Sea Surface Temperature Imagery Elucidates Spatiotemporal Nutrient Patterns for Offshore Kelp Aquaculture Siting in the Southern California Bight

Last modified: 
February 6, 2020 - 3:41pm
Type: Journal Article
Year of publication: 2020
Date published: 01/2020
Authors: Jordan Snyder, Tom Bell, David Siegel, Nicholas Nidzieko, Kyle Cavanaugh
Journal title: Frontiers in Marine Science
Volume: 7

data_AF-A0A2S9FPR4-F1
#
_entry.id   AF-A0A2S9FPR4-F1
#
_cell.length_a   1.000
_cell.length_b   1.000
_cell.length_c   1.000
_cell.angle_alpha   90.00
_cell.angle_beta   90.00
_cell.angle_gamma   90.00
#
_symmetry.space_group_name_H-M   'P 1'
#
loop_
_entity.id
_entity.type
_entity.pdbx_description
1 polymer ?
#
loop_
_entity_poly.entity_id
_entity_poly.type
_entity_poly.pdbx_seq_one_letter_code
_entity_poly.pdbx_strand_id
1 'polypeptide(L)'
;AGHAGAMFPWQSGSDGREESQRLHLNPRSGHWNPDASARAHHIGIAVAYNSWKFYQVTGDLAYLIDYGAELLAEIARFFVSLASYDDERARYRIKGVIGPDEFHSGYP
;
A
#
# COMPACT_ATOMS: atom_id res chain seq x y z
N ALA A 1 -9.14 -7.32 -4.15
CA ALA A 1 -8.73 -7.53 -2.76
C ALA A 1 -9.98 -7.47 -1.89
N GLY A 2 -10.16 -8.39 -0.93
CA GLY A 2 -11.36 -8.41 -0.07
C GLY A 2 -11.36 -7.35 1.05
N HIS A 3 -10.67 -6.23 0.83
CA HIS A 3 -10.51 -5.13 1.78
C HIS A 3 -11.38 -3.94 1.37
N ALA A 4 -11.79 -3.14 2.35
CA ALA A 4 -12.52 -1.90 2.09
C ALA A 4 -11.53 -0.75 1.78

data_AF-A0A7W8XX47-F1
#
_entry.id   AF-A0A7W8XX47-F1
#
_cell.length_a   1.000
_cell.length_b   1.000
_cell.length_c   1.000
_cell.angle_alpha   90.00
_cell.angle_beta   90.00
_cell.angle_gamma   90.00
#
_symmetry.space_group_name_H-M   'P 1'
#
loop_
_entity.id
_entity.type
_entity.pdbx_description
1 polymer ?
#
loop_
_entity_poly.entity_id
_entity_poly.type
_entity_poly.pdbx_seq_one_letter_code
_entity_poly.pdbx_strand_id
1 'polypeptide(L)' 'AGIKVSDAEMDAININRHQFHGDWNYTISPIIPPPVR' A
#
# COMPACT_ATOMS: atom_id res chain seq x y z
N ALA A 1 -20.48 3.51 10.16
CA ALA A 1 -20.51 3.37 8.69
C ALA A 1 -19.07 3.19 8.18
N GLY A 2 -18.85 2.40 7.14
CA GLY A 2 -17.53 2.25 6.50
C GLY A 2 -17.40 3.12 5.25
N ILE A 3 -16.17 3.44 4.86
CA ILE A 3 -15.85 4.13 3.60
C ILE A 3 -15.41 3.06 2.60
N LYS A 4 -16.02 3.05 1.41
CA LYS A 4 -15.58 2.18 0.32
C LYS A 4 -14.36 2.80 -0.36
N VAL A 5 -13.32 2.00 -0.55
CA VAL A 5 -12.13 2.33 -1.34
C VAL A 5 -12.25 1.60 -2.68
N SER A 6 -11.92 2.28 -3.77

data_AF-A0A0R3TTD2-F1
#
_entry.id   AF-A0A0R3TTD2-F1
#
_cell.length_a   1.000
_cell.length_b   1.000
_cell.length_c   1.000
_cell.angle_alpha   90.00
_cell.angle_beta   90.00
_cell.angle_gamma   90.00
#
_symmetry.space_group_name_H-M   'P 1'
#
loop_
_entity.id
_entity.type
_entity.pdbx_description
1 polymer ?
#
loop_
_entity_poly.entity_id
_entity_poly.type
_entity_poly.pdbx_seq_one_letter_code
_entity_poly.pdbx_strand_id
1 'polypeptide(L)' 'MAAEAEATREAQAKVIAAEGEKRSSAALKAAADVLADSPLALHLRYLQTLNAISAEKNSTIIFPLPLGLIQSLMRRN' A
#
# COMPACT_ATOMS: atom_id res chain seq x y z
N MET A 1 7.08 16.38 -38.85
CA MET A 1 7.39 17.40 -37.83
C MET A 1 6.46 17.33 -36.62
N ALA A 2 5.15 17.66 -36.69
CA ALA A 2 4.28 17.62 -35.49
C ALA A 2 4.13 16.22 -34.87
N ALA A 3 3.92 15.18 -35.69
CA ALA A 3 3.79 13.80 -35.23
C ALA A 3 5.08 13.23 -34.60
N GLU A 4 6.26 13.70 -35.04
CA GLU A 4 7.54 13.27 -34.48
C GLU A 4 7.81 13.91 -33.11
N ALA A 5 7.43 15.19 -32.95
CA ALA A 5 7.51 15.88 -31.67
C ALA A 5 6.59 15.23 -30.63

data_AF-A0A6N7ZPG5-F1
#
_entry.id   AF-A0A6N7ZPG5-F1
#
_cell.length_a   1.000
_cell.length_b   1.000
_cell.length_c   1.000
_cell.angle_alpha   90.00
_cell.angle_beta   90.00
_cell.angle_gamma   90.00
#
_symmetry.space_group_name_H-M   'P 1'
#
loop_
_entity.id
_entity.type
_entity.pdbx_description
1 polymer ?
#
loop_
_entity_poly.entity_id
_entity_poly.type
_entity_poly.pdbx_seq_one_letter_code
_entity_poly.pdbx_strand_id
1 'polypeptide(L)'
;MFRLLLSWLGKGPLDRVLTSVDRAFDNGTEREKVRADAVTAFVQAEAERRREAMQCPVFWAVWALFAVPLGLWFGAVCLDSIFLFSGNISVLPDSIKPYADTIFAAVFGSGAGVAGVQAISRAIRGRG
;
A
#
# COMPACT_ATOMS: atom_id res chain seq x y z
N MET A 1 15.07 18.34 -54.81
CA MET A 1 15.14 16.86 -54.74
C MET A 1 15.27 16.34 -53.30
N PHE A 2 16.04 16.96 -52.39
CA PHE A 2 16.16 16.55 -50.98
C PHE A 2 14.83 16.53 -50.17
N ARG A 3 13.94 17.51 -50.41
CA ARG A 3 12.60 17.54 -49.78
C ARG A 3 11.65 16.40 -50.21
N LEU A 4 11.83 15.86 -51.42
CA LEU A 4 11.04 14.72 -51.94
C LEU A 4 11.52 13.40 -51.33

Offshore aquaculture of giant kelp (Macrocystis pyrifera) has been proposed by the US Department of Energy for large scale biofuel production along the west coast of California. The Southern Californian Bight provides an ideal area for offshore kelp aquaculture as the upwelling and advection of cool, nutrient-rich waters supports the growth of vast native giant kelp populations. However, concentrations of nutrients vary greatly across space, can be limiting for kelp growth over seasonal to interannual time scales, and inputs of nutrients to surface waters may be subject to local circulation processes. Therefore, it is important to understand both the spatiotemporal variability of seawater nitrate concentrations and the appropriate scale of observation in order for offshore kelp aquaculture to be successful. Here, we use a combination of satellite sea surface temperature imagery, in situ measurements, and modeling to determine seawater nitrate fields across multiple spatial and temporal scales. We then combine this information with known giant kelp physiological traits to develop a kelp stress index (KSI) for the optimal siting of offshore kelp aquaculture over seasonal to decadal scales. Temperature to nitrate relationships were determined from in situ measurements using generalized additive models and validated with buoy data. Summer and winter relationships were significantly different, and satellite-derived products compared well to buoy validations. Surface nitrate patterns, as derived from satellite temperature products, reveal the spatial variability in nitrate concentrations, and indicate areas that that may cause nutrient stress seasonally and during the negative phase of the North Pacific Gyre Oscillation. As the spatial scale of the surface nitrate product decreased, the negative bias increased and fine scale spatial variability was lost. Similarly, the averaging of daily nitrate concentration determinations over longer time scales increased the negative bias. We found that daily, 1 km spatial resolution nitrate products were most sufficient for identifying localized upwelling and areas of consistently high surface nitrate concentrations, and that areas in the northern and western-most portions of the Southern California Bight are the most suitable for sustained offshore kelp aquaculture.

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